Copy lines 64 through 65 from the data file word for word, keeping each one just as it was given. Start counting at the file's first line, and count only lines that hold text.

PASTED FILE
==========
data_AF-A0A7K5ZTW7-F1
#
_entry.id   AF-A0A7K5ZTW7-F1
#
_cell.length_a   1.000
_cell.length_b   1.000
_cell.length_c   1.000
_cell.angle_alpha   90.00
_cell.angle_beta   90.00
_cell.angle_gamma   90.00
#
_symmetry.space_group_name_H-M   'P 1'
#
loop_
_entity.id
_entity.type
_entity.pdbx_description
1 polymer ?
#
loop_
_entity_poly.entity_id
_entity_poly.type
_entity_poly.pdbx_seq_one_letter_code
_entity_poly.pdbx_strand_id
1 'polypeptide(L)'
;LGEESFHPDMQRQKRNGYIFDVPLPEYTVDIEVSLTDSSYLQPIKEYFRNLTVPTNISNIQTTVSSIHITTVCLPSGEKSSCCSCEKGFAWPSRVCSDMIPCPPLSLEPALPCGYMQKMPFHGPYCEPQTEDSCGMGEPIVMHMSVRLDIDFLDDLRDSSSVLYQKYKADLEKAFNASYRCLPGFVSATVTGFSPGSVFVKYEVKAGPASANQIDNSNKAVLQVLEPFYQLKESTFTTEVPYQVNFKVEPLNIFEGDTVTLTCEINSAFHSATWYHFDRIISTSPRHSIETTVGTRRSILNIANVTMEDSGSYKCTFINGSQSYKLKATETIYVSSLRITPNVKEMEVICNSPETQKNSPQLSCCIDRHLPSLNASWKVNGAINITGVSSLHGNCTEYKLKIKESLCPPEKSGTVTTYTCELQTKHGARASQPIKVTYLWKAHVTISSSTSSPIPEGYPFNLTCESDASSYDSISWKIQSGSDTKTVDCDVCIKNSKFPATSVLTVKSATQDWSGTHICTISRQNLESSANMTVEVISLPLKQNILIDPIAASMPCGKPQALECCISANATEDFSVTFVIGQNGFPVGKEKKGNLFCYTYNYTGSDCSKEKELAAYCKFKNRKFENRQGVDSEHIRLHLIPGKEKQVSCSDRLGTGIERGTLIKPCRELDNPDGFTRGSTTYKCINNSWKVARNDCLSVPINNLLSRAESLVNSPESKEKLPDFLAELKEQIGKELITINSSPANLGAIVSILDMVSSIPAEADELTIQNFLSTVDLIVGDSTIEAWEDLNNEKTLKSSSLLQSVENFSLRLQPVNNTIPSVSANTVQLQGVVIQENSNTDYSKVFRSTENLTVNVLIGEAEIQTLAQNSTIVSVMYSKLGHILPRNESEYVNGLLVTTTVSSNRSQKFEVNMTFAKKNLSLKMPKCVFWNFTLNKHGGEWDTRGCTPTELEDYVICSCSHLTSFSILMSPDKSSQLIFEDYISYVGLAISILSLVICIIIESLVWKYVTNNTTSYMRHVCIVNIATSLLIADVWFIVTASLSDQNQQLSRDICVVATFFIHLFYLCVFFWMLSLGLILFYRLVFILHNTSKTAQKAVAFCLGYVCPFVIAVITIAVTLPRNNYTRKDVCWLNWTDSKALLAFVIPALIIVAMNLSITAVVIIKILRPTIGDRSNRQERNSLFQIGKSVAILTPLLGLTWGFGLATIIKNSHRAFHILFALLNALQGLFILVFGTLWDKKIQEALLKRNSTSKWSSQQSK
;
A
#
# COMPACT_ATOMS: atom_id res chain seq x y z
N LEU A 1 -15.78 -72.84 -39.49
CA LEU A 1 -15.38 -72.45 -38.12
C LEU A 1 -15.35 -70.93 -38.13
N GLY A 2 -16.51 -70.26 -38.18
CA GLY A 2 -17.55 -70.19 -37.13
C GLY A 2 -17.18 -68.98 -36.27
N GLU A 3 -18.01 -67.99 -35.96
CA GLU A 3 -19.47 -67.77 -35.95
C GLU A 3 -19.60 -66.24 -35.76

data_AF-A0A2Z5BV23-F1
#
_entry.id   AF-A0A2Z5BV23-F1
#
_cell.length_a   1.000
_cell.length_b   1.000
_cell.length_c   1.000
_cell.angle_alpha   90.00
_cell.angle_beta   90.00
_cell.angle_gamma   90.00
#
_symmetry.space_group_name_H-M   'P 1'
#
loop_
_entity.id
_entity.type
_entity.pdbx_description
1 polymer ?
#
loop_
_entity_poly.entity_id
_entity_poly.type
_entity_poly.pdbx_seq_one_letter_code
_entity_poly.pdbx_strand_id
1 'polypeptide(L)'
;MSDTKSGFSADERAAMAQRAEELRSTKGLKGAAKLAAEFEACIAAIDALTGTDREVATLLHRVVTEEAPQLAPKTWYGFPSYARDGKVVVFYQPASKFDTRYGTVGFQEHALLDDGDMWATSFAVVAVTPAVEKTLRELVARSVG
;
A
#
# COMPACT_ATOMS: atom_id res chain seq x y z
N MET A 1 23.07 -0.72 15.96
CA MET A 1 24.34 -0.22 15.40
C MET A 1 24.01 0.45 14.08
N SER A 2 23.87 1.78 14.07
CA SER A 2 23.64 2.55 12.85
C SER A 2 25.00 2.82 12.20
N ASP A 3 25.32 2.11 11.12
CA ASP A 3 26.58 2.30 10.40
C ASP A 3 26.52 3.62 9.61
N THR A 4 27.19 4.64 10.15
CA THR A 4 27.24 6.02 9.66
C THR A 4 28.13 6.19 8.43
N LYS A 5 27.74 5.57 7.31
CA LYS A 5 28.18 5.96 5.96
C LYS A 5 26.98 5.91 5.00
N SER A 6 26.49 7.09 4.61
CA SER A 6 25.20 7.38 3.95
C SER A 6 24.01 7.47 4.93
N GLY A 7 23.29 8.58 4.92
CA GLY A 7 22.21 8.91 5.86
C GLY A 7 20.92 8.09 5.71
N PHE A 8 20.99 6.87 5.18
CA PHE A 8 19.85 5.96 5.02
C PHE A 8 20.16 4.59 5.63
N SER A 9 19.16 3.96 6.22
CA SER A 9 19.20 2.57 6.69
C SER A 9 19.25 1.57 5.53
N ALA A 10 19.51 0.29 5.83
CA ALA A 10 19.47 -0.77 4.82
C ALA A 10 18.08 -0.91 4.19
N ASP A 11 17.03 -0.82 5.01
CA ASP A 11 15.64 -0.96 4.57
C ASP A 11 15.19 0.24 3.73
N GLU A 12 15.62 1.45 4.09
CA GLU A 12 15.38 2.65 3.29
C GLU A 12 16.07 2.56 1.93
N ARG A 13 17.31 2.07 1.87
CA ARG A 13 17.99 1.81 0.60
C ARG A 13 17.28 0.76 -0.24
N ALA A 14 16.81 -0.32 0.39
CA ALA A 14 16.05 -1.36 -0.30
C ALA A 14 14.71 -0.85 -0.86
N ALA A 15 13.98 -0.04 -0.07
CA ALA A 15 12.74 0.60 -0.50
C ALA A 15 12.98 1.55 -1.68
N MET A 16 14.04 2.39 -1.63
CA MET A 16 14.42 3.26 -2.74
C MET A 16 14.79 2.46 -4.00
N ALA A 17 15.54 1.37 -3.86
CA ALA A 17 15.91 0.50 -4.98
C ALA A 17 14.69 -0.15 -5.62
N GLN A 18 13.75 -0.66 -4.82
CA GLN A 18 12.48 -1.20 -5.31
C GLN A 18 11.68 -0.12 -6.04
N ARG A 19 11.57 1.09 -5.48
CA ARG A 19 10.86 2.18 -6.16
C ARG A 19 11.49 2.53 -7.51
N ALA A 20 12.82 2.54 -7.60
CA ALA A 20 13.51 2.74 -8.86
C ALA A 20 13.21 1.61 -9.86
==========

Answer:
1 'polypeptide(L)'
;MSDTKSGFSADERAAMAQRAEELRSTKGLKGAAKLAAEFEACIAAIDALTGTDREVATLLHRVVTEEAPQLAPKTWYGFPSYARDGKVVVFYQPASKFDTRYGTVGFQEHALLDDGDMWATSFAVVAVTPAVEKTLRELVARSVG